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Happy Mother’s Day!
Today, we’re thanking eight mothers working to stop superbugs in their tracks. The overuse of antibiotics is driving one of the most pressing public health crises of our time. These moms have all taken action to change widespread overuse, and in so doing, are protecting our families today and for generations to come.
Without further ado, here they are:
Suzanne Greco, CEO, Subway – Last fall, Suzanne Greco took the reins of the most widespread fast food chain in the world and quickly changed the chain’s meat supply for the better. Under her guidance, Subway set one of the strongest corporate commitments to phase out the use of antibiotics from its entire meat supply. The sandwich chain has already begun its transition with the Rotisserie Chicken Sandwich. By the end of this year, all of Subway’s chicken and turkey will be raised without routine antibiotics. Greco’s actions are dramatically increasing the market demand for meat that better protects public health.
Nicolette Hahn Niman, Writer, Activist, and Rancher – Of the many family farmers that raise their livestock and poultry without the routine use of antibiotics, perhaps none is better known than the Nimans. Nicolette Niman is herself a prominent sustainable food advocate, having written numerous articles in the likes of the New York Times and blogging regularly for the Atlantic. The overuse of antibiotics is only one problem with the industrial food system Niman highlights in her work, but there’s little doubt her work as both a writer and a rancher has significantly influenced the changing landscape of American agriculture.
Lorna Wilson, Co-owner of Seven W Farms – As co-owners of Seven W Farm in Iowa, Lorna Wilson and her husband were honored this year with a Sustainable Agriculture Achievement Award from the Practical Farmers of Iowa, and it’s clear why. Wilson’s animals include free-range chickens, grass-fed cows, and pigs raised without antibiotics. Family farms focused on responsible animal-raising practices like Seven W’s remain the agricultural cream of the crop, so to speak, and prove that these practices are not only good for public health, they’re also good business.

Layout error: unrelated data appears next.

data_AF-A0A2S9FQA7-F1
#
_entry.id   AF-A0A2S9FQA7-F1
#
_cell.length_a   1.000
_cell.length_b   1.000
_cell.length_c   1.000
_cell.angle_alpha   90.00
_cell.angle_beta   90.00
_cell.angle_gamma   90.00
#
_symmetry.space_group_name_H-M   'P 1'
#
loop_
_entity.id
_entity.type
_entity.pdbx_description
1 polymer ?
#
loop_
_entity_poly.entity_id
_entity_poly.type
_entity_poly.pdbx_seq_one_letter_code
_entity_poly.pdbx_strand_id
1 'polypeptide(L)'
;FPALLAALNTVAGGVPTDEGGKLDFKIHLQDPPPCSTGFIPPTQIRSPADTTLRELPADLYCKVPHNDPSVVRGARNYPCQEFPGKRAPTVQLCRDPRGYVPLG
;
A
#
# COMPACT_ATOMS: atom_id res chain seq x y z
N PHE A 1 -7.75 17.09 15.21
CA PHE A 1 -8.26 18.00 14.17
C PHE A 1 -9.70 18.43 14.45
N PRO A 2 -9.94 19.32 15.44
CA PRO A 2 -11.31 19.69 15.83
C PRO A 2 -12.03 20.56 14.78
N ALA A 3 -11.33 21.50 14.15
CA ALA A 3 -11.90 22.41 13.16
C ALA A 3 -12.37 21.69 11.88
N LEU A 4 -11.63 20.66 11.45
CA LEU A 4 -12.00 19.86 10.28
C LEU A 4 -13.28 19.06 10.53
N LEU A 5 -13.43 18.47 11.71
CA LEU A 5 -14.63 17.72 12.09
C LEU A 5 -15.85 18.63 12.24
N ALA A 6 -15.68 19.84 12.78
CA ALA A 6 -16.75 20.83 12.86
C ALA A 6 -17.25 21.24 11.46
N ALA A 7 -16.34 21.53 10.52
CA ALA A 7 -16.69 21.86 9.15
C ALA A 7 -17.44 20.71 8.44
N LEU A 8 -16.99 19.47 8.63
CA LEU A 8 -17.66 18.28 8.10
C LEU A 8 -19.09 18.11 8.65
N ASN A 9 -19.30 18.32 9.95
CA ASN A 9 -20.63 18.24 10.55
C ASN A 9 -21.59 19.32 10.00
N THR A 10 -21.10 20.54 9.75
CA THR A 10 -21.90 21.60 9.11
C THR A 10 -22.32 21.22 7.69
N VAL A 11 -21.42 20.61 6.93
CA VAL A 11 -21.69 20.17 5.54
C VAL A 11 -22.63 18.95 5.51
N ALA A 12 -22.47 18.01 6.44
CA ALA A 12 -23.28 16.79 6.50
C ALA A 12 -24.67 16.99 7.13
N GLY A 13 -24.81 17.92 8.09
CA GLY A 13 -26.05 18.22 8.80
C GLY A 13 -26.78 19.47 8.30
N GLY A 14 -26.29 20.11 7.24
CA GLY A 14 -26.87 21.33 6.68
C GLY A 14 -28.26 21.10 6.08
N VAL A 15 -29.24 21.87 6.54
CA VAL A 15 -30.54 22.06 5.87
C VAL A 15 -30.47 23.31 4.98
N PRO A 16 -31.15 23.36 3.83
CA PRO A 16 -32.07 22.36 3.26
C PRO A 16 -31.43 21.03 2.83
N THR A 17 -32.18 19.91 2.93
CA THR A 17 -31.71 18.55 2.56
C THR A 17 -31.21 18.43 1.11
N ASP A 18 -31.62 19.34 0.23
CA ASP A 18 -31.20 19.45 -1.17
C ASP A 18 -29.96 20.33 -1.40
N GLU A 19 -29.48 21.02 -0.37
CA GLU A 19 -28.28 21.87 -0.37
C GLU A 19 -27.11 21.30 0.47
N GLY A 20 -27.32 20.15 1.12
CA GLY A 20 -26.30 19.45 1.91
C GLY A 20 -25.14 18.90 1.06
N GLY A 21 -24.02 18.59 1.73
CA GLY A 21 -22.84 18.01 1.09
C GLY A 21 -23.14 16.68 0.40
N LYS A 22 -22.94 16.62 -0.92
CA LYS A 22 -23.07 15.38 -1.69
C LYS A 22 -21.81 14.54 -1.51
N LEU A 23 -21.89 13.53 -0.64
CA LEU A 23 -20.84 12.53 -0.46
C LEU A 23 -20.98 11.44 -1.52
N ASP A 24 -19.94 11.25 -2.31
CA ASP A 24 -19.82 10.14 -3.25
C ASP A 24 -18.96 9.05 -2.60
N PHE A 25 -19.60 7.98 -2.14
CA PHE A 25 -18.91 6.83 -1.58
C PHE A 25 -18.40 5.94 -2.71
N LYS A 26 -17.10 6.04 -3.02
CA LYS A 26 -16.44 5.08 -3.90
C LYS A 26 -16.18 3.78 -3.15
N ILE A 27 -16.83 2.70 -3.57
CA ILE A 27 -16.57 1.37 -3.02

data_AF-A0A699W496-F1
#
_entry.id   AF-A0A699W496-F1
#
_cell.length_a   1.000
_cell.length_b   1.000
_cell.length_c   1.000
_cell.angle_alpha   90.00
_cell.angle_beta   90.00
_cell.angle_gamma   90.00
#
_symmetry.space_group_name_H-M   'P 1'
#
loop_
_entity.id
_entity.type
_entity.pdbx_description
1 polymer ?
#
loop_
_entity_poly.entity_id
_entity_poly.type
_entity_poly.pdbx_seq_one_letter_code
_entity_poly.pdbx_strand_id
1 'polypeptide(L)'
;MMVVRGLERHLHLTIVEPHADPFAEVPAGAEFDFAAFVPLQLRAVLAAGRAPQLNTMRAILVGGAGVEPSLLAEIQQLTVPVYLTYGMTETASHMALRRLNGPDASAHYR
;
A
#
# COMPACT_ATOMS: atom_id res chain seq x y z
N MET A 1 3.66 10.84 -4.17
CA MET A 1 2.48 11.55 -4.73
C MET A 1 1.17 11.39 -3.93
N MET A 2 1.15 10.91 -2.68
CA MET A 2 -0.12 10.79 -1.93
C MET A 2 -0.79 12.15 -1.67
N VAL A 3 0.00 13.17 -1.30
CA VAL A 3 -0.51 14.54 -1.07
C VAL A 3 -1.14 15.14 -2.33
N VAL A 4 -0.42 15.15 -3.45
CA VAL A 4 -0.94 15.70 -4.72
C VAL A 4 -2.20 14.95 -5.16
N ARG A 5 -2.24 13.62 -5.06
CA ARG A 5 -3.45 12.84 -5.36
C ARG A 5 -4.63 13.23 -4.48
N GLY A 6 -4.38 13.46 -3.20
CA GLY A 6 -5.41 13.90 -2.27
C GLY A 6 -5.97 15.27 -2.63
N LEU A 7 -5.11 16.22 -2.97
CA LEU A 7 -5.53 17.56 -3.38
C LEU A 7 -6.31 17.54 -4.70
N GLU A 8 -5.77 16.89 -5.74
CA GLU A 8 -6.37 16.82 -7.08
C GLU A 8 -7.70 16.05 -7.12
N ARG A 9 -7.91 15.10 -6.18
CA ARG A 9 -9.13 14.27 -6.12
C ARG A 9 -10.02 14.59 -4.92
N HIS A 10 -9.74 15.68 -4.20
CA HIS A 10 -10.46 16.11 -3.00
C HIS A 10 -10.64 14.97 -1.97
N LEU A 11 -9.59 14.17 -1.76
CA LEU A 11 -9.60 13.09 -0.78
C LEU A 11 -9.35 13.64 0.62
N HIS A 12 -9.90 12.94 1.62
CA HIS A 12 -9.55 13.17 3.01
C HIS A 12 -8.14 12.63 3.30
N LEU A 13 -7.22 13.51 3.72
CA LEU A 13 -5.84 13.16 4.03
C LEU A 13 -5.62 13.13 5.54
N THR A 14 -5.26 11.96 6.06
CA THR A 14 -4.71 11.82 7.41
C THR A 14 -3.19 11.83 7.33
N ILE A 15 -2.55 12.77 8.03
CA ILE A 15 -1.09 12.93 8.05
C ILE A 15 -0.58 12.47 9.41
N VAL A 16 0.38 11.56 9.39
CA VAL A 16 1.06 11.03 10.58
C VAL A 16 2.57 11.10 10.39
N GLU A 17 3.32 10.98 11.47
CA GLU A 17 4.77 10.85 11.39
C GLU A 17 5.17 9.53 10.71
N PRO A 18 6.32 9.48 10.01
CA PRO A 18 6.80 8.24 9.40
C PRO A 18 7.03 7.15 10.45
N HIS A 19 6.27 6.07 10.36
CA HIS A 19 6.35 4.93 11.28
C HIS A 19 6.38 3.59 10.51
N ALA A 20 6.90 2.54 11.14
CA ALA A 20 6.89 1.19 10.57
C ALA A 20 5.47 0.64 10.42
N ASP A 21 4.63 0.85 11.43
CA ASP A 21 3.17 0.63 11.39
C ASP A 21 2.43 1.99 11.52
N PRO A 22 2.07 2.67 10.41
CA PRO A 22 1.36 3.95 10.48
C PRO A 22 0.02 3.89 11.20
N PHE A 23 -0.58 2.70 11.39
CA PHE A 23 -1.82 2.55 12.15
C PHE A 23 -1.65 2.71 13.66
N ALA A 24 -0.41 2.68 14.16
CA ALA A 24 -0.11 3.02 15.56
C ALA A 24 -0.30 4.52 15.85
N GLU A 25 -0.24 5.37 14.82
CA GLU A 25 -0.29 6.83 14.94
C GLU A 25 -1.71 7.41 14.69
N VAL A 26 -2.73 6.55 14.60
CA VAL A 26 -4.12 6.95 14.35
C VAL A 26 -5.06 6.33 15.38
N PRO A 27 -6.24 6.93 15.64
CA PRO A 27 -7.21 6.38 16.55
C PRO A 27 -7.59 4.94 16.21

Sarah Parker, Medical Director of the Antimicrobial Stewardship Program at Colorado Children’s Hospital – Sarah Parker’s love of children is both expressed and evident in her work. As a pediatrician, Dr. Parker directs Colorado Children’s Hospital’s Antimicrobial Stewardship Program and is a leader in efforts to improve antibiotic prescribing practices in hospital settings. Indeed, saving antibiotics will require concerted action in a variety of fields -- not just farming. By devoting her career in part to preserving our life-saving medicines, Dr. Parker is helping to ensure that antibiotics remain effective for her daughter’s generation, and those to come.
Emily Rusch, Executive Director, CALPIRG – Last year, California became the first state in the nation to ban the routine use of antibiotics on livestock and poultry. Emily Rusch was on the front lines of that achievement. Using grassroots organizing, mainstream and social media, and lobbying, Emily was a leader in getting California to pass this landmark legislation. Now, in addition to making sure the law is implemented, she’s working on her next effort: getting In-N-Out, a major burger chain in the West, to set a timeline for serving meat raised without the routine use of antibiotics.
Lena Brook, Food Policy Advocate at NRDC Food and Agriculture – Lena leads the efforts of the Natural Resources Defense Council in getting major restaurant chains to take action on antibiotic overuse. The theory is simple enough: if major chains serve meat from farms that do not overuse antibiotics, then the large farming operations that supply their meat will need to change or lose a major customer. It’s working. After coordinated advocacy by the NRDC, U.S. PIRG, and others, McDonald’s made a major commitment to serve chicken raised without medically-important antibiotics. Less than two months later, Tyson Foods, a major chicken supplier to McDonald’s, did the same.
Senator Dianne Feinstein(CA) and Congresswoman Louise Slaughter (NY) – Current Food and Drug Administration guidelines intended to stem the overuse of antibiotics lack impact -- not so these two moms. Recognizing the severity of the oncoming antibiotics crisis, these two have both introduced legislation to tackle the overuse of antibiotics on factory farms head-on. Unlike the current voluntary federal guidelines, these two bills, if passed, would prohibit routine uses of antibiotics on livestock and poultry. Although success in Washington, DC, will take time, due to the influence of Big Ag and Pharma, we need legislative champions to introduce bills, elevate the issues, and push for solutions. That’s exactly what these two are doing.
Thank you to all of these moms, and the many others who are working on this important public health issue! If you have suggestions of others who deserve a place on this list, please send their story our way at firstname.lastname@example.org. The World Health Organization has stated that solving this issue will take “urgent coordinated action,” and we’ll work to highlight these efforts in posts to come!
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